Color CommentaryLad Moore
It was the first new car Mary Kay and I could afford after six years of marriage, so we did our careful shopping.
There, on the lot, under the nighttime amber lights, was the prettiest silver Oldsmobile I ever saw. I couldn't wait for the next morning to find a salesman. I had to have that very car.
It didn't take long. "Mike" wore slicked-back hair and a three-piece suit, and had enough deal pads on his desk to put a new car in every garage in Texas.
He was quick to point out the options on the car, the features that were new to this year's model, and the changes in the warranty. That was important, but the silver color had already sold me. I told Mike about my earlier visit to the lot.
"That silver paint shined back at me like a fashion mirror," I said. "Under your lights, I knew that I had found the secret of the origin of pearls." I had carelessly tipped my hand to a waiting predator.
Mike noted my strong enthusiasm for it, and my lack of interest in the other cars on the lot. He began a pitch about the luminescence, the lifetime wax-free overcoat, and most of all, the newness of the color for the Oldsmobile line. It was poetically called Aztec Silver. Aztec Silver! The name spoke volumes. I closed my eyes and imagined the awe that would surround us at valet parking---maybe at the Ritz. We would arrive to shiny moonglow pavement---in tux and flowing gown with a decadent neckline. Mary Kay would step lightly onto the red carpet---her breasts looking like the filled sails of a brigantine.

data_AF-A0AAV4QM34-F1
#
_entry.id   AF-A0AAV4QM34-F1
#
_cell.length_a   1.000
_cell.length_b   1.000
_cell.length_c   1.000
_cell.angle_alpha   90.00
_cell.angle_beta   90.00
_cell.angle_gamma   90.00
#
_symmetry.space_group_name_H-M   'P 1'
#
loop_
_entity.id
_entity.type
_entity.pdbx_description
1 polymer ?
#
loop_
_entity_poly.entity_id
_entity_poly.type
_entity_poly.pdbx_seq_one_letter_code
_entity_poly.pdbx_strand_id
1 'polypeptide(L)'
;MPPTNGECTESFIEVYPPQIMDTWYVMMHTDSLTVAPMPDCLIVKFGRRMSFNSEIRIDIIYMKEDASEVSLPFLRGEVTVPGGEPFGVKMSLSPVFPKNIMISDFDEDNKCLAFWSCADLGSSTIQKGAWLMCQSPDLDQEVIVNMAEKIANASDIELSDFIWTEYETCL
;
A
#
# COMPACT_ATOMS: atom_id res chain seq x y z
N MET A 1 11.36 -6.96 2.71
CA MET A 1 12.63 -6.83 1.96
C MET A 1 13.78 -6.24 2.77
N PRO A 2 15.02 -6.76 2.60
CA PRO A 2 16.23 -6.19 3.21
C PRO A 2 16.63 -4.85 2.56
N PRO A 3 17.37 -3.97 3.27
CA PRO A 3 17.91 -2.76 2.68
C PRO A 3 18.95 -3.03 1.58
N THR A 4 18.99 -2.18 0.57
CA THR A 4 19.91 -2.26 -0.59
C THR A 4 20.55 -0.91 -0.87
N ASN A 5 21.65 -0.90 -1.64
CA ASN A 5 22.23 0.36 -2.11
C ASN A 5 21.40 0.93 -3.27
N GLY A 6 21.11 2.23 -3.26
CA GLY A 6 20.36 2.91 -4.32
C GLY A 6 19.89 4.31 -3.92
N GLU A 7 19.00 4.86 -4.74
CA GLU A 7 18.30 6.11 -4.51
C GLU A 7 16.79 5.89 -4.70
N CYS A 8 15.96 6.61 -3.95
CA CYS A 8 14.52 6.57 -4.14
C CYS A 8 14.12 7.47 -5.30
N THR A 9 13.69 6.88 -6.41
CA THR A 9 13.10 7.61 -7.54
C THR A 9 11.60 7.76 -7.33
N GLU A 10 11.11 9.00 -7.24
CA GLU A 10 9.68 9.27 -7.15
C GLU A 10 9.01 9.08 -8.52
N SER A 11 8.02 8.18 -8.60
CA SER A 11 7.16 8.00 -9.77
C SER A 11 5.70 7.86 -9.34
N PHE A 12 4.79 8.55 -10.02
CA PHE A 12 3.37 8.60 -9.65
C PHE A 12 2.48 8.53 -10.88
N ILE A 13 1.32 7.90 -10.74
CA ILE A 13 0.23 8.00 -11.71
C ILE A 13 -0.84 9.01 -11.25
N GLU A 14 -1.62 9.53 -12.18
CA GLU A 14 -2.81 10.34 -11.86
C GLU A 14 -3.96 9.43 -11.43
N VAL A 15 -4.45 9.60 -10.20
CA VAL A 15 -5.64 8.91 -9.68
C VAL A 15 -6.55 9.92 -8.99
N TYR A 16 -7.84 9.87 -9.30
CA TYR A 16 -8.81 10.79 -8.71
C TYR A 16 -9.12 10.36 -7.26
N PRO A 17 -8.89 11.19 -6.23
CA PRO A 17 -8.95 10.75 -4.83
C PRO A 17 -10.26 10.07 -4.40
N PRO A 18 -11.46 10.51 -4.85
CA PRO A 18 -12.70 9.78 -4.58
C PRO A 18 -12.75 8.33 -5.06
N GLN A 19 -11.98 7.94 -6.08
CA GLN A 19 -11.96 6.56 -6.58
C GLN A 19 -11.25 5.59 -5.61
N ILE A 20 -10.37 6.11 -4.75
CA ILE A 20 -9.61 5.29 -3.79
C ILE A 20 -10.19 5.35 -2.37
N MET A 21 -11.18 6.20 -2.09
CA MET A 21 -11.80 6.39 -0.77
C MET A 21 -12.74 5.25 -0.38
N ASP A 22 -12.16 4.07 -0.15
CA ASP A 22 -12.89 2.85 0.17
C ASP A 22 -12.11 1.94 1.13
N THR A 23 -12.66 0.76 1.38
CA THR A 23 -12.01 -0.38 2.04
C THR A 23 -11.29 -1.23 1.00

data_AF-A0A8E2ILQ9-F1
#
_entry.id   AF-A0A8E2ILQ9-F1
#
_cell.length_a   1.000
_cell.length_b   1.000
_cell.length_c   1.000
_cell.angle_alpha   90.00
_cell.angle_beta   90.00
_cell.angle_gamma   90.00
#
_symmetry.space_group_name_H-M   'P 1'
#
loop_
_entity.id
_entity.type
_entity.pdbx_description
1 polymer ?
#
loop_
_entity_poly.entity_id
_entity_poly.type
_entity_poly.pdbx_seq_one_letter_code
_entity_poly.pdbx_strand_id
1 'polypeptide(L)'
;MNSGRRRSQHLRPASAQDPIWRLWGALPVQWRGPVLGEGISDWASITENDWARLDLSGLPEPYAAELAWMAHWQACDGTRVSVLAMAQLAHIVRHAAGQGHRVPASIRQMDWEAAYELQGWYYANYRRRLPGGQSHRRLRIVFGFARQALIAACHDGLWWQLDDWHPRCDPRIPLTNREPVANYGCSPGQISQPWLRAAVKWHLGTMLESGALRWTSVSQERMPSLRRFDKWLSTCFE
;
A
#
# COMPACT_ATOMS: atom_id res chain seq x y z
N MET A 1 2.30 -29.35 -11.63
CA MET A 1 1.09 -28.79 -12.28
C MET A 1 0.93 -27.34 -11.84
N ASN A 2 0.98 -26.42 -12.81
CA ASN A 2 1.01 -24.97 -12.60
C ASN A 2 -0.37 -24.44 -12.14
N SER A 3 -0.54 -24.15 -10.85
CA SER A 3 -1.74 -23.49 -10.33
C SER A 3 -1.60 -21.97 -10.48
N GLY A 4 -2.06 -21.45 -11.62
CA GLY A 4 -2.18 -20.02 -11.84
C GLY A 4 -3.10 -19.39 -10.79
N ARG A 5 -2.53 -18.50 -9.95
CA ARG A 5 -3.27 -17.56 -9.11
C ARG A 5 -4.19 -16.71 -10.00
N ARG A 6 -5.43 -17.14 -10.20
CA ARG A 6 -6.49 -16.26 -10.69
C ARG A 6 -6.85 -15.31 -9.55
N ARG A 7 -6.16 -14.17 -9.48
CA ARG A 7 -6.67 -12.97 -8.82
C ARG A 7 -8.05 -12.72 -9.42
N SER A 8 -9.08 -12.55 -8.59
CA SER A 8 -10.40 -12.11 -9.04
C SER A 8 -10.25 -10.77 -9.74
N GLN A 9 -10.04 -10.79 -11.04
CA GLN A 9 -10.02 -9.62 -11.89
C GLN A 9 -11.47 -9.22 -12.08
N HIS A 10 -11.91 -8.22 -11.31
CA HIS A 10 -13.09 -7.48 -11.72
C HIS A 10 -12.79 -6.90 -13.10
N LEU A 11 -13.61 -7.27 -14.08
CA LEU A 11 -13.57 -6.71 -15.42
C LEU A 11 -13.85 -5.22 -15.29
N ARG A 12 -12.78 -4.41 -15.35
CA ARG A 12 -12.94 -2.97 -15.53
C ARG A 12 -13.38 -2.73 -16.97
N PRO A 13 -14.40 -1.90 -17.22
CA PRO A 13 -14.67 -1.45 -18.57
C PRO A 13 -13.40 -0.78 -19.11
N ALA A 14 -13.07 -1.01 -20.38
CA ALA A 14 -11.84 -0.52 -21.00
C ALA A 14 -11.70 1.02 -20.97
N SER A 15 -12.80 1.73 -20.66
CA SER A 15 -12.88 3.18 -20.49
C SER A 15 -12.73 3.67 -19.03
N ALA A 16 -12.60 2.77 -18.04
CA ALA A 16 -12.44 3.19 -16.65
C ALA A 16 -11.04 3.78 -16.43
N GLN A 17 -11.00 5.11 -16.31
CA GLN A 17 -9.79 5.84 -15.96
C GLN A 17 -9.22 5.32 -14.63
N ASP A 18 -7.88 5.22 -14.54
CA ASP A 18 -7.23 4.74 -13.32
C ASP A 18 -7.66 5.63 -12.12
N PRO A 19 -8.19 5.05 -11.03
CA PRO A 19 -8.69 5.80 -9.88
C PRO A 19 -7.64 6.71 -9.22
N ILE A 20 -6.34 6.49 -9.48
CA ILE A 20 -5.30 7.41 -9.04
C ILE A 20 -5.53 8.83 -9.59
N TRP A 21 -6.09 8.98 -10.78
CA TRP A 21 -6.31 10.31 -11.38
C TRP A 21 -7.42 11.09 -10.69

We drove away in a cloud of happiness.
We moved to Oklahoma, and three years later, with a growing family in tow, decided to look up Mike again and trade for a new car. I was pleased to find him at his old desk, in a gray sharkskin suit with a red tie, and that ream of deal sheets at his side.
Mary Kay picked out a blue station wagon with enough room for us all, and Mike and I a got started with the haggling. Unlike before, absent were the motions of a Maestro schmoozing his debut. He was dealing on a station wagon, not a romantic coupe.
"I can allow you $1100 on your car," he said apologetically. I was shocked. My Olds was worth so much less than what I paid for it. It was still so bright and shiny! I had kept it waxed, kept it serviced, and it had low miles.
Mike leaned over close to my ear as if to share a secret or a for-men-only joke. "See, the trouble is, it's the color", he said. I was puzzled. I recalled his original pitch---and my glee over the Aztec Silver. I told him I didn't understand.
He leaned over again, this time closer---"You know," he said, "Nobody likes Coffin Gray."
Copyright ©2001 Lad Moore. All Rights Reserved.
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